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- When your child yells at you: Expecting and teaching respectful behavior
- The Dreaded Public Meltdown: What do I do now?
- Do punishments teach? Does a child need to suffer to learn?
- No More Begging to Get Your Child to Do What you Ask
- Why Do They Behave for Others and Leave me Feeling Like a Parent Failure?
Category: Emotion Coaching
A peaceful start to the day is priceless. If tears are shed trying to get dressed, shoes on, and into the car the entire rest of the day can feel lousy. You can take steps now to insure that as school begins, morning wars don’t.
"It’s time to leave.” These simple words can morph a delightful outing at the beach, playground or park into a volcanic meltdown of protests. Going to the playground, park or beach is supposed to be fun. But if every departure erupts in a meltdown or a mad chase after the child who seems programmed to bolt at the moment of departure, you may find yourself vowing to stay home the rest of the summer. It doesn’t have to be that way.
Oscar was howling when I entered the room. His younger brother Evan shot a glance at me, then lowered his eyes, turned his head and body from me, all while maintaining a death grip on the iPad in his arms.
Ever wonder why when one child is upset, if you offer a hug, she melts into your arms but another pushes you away?
Eight-year-old Jason and seven-year-old Matt were fighting over Pokeman cards. “You stole my card!” Jason accused Matt. “I did not! Your brother traded it to me.”
Seeking understanding doesn’t mean giving in.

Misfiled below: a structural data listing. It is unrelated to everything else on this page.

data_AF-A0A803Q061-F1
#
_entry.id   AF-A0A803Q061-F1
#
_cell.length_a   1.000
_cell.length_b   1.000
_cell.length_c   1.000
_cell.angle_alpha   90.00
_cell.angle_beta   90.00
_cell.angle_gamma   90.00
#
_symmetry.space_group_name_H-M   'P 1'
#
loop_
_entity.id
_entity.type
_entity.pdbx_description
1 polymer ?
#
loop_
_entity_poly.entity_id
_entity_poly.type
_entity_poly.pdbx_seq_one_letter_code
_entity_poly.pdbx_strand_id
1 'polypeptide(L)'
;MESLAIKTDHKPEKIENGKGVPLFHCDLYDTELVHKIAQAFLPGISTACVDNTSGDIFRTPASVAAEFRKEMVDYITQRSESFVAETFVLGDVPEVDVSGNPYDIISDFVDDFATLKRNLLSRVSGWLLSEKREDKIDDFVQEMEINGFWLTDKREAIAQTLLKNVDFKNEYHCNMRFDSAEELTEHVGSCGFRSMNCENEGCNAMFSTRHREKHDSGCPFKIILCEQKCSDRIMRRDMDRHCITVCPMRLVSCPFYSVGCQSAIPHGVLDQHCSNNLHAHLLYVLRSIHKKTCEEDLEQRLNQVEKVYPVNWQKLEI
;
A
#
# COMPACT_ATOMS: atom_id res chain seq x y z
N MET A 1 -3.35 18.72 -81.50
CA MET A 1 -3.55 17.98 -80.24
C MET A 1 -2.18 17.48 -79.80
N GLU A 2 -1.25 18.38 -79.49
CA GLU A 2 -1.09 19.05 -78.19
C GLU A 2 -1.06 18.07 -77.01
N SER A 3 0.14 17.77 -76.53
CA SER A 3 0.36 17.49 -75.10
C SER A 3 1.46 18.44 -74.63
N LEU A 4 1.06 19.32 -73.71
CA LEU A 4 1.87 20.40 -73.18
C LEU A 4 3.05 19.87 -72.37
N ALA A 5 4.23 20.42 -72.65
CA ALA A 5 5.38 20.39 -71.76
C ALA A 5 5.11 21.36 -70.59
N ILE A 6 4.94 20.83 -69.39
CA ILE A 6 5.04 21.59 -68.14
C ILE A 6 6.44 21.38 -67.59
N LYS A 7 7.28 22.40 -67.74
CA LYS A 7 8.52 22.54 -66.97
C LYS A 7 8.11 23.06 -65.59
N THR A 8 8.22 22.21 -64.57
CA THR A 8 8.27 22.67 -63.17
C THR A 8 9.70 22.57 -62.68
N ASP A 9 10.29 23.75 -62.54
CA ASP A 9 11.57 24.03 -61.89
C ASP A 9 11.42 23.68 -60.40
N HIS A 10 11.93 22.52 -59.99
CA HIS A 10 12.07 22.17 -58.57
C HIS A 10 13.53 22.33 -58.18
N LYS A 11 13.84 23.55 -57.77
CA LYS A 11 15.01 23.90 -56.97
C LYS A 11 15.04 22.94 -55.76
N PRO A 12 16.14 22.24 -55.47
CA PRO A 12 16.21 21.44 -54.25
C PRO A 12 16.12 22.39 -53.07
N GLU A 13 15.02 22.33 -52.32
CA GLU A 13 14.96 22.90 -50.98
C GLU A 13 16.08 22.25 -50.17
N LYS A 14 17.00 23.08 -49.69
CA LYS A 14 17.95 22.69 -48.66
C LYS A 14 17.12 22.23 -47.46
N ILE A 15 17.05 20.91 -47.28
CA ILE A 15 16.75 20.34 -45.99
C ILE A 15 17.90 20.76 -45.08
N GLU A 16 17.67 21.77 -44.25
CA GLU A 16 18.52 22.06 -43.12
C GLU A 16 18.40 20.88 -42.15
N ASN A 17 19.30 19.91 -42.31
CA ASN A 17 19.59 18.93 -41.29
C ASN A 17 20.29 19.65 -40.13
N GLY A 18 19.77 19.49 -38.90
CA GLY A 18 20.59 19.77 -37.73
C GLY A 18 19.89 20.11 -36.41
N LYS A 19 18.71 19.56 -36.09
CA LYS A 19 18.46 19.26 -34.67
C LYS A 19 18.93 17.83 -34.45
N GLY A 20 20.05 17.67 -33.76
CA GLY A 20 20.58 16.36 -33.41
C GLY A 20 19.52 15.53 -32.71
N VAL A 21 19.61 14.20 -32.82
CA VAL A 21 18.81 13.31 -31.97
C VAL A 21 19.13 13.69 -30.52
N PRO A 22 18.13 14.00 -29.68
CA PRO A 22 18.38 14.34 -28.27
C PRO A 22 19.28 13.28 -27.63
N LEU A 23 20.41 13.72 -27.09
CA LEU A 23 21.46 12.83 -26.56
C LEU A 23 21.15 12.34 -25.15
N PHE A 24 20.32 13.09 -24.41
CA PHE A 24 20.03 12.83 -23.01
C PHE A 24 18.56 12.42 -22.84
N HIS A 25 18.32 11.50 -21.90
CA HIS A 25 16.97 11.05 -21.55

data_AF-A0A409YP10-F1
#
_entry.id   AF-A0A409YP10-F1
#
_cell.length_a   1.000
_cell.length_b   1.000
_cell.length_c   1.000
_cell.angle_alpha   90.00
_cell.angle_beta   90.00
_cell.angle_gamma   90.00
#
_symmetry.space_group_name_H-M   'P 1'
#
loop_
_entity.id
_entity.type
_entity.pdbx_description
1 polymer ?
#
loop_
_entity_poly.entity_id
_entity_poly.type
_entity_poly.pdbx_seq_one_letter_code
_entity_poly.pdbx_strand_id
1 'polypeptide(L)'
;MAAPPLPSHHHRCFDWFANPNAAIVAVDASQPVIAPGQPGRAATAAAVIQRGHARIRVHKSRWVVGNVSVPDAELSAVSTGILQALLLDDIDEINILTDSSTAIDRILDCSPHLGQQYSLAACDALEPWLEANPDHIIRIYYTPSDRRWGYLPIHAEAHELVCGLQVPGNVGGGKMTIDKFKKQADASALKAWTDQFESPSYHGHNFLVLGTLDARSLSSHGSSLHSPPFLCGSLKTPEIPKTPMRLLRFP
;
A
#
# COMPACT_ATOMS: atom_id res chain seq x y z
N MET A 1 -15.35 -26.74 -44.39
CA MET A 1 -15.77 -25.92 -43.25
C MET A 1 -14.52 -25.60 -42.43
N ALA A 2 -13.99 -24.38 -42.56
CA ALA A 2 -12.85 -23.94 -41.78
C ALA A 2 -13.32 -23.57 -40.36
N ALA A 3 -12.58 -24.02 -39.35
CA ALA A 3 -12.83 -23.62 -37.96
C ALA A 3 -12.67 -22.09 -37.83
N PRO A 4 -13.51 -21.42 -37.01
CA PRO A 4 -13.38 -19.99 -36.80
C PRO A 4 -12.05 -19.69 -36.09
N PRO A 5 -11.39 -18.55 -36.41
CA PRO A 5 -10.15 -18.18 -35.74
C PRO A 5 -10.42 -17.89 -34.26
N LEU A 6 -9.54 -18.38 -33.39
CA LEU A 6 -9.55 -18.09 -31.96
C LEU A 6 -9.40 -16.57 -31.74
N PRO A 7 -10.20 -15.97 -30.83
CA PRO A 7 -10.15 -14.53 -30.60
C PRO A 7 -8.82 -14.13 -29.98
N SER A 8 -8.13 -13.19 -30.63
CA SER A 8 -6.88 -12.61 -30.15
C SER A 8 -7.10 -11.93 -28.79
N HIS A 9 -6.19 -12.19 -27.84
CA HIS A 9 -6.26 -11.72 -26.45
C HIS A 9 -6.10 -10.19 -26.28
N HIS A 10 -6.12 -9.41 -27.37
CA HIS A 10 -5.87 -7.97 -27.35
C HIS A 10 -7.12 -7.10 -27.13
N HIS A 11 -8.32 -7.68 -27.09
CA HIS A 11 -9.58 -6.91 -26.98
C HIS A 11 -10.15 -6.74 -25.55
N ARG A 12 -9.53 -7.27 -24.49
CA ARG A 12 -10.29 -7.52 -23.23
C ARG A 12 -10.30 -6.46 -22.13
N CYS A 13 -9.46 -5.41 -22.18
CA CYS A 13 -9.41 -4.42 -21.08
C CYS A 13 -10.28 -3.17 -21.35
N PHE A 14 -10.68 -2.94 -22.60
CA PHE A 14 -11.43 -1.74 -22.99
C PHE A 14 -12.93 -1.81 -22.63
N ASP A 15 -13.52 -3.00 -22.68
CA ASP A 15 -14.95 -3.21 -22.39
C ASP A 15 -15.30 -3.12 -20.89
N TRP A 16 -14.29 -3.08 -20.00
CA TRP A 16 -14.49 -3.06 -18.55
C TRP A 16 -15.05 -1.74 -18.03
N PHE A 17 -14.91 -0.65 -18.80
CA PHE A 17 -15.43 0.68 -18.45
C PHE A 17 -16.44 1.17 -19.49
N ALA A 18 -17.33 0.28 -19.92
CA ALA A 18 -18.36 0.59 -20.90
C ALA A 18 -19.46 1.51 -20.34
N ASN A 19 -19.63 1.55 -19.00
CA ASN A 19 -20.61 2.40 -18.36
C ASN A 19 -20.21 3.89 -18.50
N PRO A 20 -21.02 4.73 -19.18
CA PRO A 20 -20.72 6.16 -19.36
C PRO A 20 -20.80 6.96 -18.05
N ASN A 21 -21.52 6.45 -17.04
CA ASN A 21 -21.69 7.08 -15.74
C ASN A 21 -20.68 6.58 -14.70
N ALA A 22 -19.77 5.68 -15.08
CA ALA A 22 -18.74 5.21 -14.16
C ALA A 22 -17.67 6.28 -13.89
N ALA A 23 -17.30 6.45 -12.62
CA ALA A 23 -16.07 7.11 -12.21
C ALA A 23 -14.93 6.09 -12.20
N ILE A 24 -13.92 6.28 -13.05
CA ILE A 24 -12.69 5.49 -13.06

You’ve picked up the cues by noticing that voices have gotten louder. Or, that there’s a slight whining tone to your child’s voice, or he’s starting to forget the rules. Now what?
- You are not helpless.
- You really do make a difference.
- Your response to your child can either escalate or deescalate the situation.
The dreaded proclamations erupt in the kitchen. Yet on this day, when your friend hears them, she calmly walks over to her four-year-old twins, bends down, places one hand on the iPad and the other on one’s shoulder as she replies. “Jacob, you had the iPad and then you decided to play with your Legos.
When we start thinking about children’s behavior the actions that we see are what we call the “fire.” Behind every “fire” or behavior there is a fuel source or a reason. In order to extinguish the “fire” behavior we have to be certain we are addressing the right fuel source, specifically what the child is feeling or needing.
Our family recently visited an arcade. The first time our son tried one of the games he won so of course he then expected to win every time.
My spirited son has just turned eight. We had a party, a small gathering of friends which works well for him. He had a great day. Today his behavior is horrid. He is very easily frustrated, yelling and rude.